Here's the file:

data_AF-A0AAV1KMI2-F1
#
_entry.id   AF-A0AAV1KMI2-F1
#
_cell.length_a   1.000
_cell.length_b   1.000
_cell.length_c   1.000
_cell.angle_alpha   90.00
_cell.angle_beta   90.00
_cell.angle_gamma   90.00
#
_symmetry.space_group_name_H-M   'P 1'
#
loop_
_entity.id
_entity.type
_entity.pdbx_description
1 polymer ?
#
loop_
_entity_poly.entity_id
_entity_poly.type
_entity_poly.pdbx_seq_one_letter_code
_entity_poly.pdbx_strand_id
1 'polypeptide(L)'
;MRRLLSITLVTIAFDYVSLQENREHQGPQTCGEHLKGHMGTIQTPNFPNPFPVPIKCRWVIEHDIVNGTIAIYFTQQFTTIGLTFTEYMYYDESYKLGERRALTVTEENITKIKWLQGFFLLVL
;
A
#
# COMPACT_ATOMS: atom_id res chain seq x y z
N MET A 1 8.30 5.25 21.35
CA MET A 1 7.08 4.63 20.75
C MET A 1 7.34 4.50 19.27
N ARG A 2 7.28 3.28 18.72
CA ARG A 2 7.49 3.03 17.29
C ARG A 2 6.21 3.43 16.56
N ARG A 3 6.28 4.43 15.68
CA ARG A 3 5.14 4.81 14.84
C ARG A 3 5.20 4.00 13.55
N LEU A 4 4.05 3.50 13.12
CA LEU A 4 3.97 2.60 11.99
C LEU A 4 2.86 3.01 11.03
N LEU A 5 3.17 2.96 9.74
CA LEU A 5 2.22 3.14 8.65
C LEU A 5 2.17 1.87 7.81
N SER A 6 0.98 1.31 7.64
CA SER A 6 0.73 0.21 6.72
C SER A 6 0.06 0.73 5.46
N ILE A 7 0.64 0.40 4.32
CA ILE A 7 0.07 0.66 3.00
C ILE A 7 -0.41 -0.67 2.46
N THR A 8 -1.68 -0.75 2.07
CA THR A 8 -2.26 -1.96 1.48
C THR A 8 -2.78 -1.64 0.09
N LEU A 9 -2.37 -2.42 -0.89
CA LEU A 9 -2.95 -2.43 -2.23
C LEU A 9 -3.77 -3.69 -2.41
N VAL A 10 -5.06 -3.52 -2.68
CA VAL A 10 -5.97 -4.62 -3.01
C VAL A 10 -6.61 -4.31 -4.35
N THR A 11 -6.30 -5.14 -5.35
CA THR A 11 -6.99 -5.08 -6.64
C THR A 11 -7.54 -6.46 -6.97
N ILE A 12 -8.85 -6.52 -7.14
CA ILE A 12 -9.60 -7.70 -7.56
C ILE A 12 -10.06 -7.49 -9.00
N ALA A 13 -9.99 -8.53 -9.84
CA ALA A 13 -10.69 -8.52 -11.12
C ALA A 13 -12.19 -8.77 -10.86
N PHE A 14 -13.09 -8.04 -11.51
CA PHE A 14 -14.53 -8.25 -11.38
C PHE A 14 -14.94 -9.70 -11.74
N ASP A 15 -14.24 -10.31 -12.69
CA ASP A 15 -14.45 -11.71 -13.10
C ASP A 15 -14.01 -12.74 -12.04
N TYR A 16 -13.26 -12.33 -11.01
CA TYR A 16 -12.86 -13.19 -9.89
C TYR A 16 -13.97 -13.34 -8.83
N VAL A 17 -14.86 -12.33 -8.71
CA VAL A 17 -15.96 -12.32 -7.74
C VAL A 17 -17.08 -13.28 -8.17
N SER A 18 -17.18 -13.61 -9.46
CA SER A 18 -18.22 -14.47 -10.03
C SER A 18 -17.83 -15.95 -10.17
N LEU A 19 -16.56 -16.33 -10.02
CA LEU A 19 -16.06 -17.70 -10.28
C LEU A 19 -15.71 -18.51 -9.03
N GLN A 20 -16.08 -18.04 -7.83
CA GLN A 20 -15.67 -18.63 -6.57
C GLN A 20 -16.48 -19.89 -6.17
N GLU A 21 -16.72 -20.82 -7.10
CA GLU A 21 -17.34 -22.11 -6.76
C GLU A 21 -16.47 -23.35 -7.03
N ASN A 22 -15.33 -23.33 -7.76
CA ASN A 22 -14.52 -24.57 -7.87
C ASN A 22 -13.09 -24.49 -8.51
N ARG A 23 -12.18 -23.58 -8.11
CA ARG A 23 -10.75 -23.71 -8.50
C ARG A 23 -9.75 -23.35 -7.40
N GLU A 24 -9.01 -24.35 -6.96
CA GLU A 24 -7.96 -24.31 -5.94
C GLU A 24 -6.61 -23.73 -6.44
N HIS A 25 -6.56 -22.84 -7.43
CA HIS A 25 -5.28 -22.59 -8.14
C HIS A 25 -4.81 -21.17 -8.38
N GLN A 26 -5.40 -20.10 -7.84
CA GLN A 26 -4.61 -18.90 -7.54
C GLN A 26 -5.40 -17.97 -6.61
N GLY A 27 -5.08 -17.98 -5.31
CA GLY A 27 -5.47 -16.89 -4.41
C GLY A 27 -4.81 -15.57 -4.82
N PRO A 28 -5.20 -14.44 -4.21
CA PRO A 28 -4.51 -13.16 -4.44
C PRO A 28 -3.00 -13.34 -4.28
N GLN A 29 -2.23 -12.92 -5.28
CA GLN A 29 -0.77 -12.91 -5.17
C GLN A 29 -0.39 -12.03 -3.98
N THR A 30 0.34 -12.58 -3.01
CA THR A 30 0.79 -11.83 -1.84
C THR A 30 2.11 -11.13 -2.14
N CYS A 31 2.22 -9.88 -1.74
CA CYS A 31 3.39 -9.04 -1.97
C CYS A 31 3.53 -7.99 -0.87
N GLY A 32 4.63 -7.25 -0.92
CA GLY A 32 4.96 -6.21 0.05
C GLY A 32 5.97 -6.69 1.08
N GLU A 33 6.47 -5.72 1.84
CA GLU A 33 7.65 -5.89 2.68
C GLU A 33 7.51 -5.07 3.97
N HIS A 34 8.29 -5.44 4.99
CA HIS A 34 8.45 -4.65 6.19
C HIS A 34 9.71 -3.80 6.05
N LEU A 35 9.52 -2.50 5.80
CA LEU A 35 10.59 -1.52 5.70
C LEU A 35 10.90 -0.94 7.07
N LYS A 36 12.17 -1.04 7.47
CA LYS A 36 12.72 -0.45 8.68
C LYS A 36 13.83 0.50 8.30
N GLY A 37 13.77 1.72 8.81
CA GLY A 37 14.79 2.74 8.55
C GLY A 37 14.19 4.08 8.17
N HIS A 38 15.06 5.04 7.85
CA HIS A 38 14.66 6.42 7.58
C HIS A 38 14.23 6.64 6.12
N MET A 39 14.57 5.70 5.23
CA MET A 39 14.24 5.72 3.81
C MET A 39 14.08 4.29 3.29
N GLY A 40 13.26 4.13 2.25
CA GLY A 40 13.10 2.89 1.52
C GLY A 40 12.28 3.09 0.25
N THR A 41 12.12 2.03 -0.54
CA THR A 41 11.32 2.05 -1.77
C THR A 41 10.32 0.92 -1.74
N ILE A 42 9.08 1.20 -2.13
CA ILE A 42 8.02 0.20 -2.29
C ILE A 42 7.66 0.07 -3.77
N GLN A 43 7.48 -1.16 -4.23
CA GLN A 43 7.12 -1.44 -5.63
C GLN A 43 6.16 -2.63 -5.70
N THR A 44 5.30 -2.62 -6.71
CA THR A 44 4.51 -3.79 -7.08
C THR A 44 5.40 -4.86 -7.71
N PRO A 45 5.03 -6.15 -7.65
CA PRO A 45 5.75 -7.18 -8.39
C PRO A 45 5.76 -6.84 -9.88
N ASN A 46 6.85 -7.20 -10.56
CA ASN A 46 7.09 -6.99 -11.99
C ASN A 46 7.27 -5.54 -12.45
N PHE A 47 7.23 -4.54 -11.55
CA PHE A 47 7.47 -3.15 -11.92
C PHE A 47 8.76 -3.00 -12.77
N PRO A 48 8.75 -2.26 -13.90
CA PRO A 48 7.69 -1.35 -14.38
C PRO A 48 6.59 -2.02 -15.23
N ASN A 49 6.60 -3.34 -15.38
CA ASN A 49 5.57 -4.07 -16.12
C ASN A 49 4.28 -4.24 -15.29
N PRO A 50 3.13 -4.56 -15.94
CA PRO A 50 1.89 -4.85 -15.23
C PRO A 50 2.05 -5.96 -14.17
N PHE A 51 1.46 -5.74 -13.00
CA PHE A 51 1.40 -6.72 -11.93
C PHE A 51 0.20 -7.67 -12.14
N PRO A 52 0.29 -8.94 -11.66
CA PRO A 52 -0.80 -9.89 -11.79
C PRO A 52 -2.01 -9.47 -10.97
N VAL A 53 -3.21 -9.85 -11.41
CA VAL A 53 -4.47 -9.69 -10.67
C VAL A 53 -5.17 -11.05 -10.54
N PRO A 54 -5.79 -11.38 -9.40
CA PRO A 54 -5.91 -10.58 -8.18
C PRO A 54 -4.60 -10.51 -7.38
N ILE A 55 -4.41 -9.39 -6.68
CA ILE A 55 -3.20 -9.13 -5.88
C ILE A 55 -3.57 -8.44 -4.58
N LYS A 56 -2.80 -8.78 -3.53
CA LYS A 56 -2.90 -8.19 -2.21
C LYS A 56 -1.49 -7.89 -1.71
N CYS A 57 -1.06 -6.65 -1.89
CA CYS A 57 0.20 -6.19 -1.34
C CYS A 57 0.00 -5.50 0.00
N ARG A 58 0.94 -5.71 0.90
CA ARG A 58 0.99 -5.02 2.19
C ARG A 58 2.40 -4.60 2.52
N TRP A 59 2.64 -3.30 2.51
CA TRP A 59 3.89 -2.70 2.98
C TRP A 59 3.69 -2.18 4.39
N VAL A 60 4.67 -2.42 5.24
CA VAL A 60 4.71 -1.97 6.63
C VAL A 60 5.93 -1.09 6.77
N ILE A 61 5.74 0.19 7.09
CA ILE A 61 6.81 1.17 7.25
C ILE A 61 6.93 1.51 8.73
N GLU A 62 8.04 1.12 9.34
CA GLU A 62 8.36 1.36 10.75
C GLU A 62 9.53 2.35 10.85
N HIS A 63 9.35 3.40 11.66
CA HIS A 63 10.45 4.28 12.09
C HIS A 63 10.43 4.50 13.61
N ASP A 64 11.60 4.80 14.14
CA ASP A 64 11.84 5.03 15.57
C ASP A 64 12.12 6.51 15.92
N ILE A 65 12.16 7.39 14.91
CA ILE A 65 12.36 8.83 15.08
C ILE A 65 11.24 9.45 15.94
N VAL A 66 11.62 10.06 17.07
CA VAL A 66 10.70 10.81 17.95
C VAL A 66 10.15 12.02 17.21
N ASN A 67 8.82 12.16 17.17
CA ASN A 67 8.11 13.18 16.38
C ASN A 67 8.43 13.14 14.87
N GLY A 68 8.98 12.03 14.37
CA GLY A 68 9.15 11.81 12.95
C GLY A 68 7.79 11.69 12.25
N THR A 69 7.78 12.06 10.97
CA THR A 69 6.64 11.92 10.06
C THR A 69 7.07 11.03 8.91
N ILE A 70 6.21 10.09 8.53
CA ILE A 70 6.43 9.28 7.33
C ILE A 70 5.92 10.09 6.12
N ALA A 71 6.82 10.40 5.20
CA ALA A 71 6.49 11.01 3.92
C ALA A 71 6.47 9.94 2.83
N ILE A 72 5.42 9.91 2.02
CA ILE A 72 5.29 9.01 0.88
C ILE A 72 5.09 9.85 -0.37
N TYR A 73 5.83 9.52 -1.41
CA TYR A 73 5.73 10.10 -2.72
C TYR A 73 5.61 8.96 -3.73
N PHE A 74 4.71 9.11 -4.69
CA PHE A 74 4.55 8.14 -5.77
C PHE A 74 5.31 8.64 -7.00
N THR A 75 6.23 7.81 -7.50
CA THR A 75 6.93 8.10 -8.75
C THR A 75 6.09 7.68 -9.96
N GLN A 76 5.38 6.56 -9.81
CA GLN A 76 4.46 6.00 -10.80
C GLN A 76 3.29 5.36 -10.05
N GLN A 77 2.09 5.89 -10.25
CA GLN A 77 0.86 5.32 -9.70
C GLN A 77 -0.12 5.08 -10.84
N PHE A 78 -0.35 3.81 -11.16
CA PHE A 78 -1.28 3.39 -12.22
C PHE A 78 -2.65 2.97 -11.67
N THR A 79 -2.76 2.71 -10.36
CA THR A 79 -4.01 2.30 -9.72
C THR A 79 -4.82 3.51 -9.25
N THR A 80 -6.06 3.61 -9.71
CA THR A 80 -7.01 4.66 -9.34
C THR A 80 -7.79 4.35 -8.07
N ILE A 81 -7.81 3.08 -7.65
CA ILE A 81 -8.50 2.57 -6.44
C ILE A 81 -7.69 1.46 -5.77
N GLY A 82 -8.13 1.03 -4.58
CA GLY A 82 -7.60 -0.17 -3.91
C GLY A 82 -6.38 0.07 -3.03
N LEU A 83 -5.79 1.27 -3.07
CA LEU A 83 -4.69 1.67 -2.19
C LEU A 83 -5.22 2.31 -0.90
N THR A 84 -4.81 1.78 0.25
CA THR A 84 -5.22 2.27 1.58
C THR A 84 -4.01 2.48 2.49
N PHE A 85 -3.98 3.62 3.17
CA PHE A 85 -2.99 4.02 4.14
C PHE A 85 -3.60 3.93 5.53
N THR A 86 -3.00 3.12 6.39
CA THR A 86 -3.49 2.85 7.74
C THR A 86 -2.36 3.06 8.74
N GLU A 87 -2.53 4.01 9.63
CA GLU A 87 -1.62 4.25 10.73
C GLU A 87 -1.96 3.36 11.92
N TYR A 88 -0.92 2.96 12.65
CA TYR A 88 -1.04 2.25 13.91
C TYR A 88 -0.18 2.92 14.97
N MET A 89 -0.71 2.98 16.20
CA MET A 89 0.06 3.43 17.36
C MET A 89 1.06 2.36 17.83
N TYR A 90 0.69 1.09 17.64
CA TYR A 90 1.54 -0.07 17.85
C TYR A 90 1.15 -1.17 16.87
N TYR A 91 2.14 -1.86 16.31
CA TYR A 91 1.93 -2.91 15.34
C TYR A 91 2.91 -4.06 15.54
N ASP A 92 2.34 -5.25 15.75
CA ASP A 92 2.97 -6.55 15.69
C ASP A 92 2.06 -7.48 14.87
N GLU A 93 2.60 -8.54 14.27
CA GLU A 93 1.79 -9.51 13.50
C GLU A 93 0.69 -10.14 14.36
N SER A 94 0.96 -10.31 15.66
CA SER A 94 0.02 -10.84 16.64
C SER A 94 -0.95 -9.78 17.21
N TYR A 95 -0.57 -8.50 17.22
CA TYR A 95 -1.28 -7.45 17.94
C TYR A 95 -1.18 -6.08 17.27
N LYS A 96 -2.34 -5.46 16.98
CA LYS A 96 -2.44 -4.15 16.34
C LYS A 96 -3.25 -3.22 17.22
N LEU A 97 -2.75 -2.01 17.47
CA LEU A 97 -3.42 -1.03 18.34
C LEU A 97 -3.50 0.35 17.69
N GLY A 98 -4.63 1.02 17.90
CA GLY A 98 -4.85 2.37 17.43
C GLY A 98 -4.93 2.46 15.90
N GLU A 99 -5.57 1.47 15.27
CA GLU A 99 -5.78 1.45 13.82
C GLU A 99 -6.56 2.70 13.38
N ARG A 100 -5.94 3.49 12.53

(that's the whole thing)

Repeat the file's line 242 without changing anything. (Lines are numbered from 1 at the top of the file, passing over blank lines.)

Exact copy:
CA ALA A 71 6.49 11.01 3.92